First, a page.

By integrating a query engine into a hypertext system, it is also possible to create dynamic semantic links. This can be as simple as calculating the similarity between the currently viewed information and all other pieces, and presenting those that are most similar, to explicitly inserting a query as a link [Boy 1991] [Coombs 1990] [Rivlin 1994]. This became attractive as search engines got faster, but fully automatic link generation does have problems. If a similarity threshold is used, there tends to be a very uneven creation of links with huge numbers of links to and from some objects and no paths to others. This effect of this problem can be measured with metrics such as those developed by Botafogo et al. [Botafogo 1992] [Rivlin 1994] which measure the overall structural characteristics of a graph or hypertext in terms of its connectedness or its linearity. In practice, however, such metrics have not been found to be very useful in large or even medium-sized hypertexts as they tend to be suitable for measuring graph topology in a local rather than global setting. In an interesting report on integrating search and hypertext, Tebbutt [Tebbutt 1999] showed that there is value in this integration, but that user's reaction varies widely, and that there are many issues to do with what information is shown, and how, that must be resolved in a successful synthesis. One of the issues that the users raised was the number of links that ought be generated. This raises the larger issue of what is the appropriate structure(s) of a hypertext? Should there be tightly clustered sets of pages created? How should a structure associated with automatically generated links be related to, say, an explicit structure already in place? What models of the information space best support a variety of information discovery activities?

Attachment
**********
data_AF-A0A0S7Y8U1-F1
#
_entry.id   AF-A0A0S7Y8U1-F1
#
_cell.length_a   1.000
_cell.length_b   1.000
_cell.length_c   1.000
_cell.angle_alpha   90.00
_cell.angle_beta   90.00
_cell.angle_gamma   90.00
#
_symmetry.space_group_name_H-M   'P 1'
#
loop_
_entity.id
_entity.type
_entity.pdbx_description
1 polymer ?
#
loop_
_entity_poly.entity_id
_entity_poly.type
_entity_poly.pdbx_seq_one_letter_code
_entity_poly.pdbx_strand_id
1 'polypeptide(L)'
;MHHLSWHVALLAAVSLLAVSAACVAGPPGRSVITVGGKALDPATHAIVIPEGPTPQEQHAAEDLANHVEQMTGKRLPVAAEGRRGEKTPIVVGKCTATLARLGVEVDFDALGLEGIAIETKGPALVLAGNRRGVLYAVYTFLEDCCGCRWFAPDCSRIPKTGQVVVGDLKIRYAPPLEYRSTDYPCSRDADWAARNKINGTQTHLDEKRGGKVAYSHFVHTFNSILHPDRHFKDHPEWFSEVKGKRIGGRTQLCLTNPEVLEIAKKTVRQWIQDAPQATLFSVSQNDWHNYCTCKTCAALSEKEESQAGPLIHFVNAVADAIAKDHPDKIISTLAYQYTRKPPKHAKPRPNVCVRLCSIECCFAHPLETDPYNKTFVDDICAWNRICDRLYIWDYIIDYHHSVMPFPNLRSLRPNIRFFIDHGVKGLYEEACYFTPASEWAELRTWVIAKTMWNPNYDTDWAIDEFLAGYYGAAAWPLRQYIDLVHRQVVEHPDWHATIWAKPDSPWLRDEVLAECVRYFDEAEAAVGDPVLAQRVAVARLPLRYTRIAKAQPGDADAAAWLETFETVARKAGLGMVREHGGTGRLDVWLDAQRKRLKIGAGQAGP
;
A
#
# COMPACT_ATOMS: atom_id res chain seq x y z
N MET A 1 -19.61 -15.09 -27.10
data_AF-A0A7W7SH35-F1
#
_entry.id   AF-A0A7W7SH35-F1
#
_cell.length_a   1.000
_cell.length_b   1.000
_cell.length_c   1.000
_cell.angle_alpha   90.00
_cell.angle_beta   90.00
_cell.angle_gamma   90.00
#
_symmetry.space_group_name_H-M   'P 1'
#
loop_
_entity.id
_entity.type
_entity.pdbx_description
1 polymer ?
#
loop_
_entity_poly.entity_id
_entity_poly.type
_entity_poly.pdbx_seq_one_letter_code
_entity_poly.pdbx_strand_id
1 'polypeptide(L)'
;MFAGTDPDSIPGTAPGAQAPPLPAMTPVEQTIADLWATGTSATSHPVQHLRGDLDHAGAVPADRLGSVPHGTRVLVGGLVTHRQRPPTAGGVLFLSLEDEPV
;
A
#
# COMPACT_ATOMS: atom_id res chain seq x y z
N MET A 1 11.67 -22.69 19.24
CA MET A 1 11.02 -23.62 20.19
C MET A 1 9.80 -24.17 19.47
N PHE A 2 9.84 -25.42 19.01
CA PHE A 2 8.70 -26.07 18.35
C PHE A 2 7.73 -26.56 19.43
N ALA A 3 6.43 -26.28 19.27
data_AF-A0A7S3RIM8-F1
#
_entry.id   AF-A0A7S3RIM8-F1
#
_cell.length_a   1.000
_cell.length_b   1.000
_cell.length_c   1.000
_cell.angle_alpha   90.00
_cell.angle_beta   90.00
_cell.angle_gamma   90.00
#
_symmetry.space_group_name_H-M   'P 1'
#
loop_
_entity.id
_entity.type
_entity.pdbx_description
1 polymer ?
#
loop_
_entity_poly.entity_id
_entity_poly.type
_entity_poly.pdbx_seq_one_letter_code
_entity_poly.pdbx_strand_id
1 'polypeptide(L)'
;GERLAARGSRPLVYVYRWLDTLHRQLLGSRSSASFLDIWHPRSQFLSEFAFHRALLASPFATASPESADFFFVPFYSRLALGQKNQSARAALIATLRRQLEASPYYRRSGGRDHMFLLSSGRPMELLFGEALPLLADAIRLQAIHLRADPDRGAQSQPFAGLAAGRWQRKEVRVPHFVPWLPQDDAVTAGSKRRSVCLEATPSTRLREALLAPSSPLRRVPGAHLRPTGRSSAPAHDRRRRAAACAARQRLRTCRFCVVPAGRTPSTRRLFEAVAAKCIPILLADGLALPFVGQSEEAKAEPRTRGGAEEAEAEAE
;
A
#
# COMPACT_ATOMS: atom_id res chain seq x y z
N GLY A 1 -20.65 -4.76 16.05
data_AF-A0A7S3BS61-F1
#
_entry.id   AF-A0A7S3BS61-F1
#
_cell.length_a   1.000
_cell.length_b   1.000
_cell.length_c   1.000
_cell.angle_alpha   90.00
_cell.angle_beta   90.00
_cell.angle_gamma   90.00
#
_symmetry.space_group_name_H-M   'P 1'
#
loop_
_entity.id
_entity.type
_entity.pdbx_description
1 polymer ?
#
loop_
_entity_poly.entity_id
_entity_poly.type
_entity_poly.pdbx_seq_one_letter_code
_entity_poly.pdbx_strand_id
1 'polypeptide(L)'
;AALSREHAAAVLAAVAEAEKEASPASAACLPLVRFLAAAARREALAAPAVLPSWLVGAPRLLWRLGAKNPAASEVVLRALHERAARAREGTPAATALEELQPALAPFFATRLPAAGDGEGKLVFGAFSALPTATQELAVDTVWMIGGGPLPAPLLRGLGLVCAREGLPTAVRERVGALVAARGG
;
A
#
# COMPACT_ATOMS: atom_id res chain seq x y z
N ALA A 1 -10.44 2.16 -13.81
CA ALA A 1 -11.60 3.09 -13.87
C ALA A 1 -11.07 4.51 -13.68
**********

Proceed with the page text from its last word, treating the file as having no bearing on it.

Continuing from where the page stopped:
Instead of creating links depending solely on current location, it is
also useful to take into account the overall information need of the information
seeker. One way of doing this is to dynamically build guided tours, based
on an initial description of information need
Calvi and de Bra
describe methods of determining relevant links based on the learning state
of the user of a training hypertext. In this case the model of the user
is more complicated than is the case in both hypertext (where the location
of the user in the information space is known) and in information retrieval
(where an explicit query is known). To exploit more fully the power of
automatically created links at the time of use, we need more sophisticated
user models which take into account not only location, explicit needs,
but user history, and long standing user preferences. We may well wish
to build discourse models that recognise that exploring an information
space is an activity that unfolds.
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[Tebbutt 1999] John Tebbutt. "User evaluation of automatically generated semantic hypertext links in a heavily used procedural manual" in Information Processing and Management, 35(1), 1-18, 1999.
[Thistlewaite 1997] Paul Thistlewaite. "Automatic construction and management of large open webs" in Information Processing and Management, 33(2), 161-173, 1997.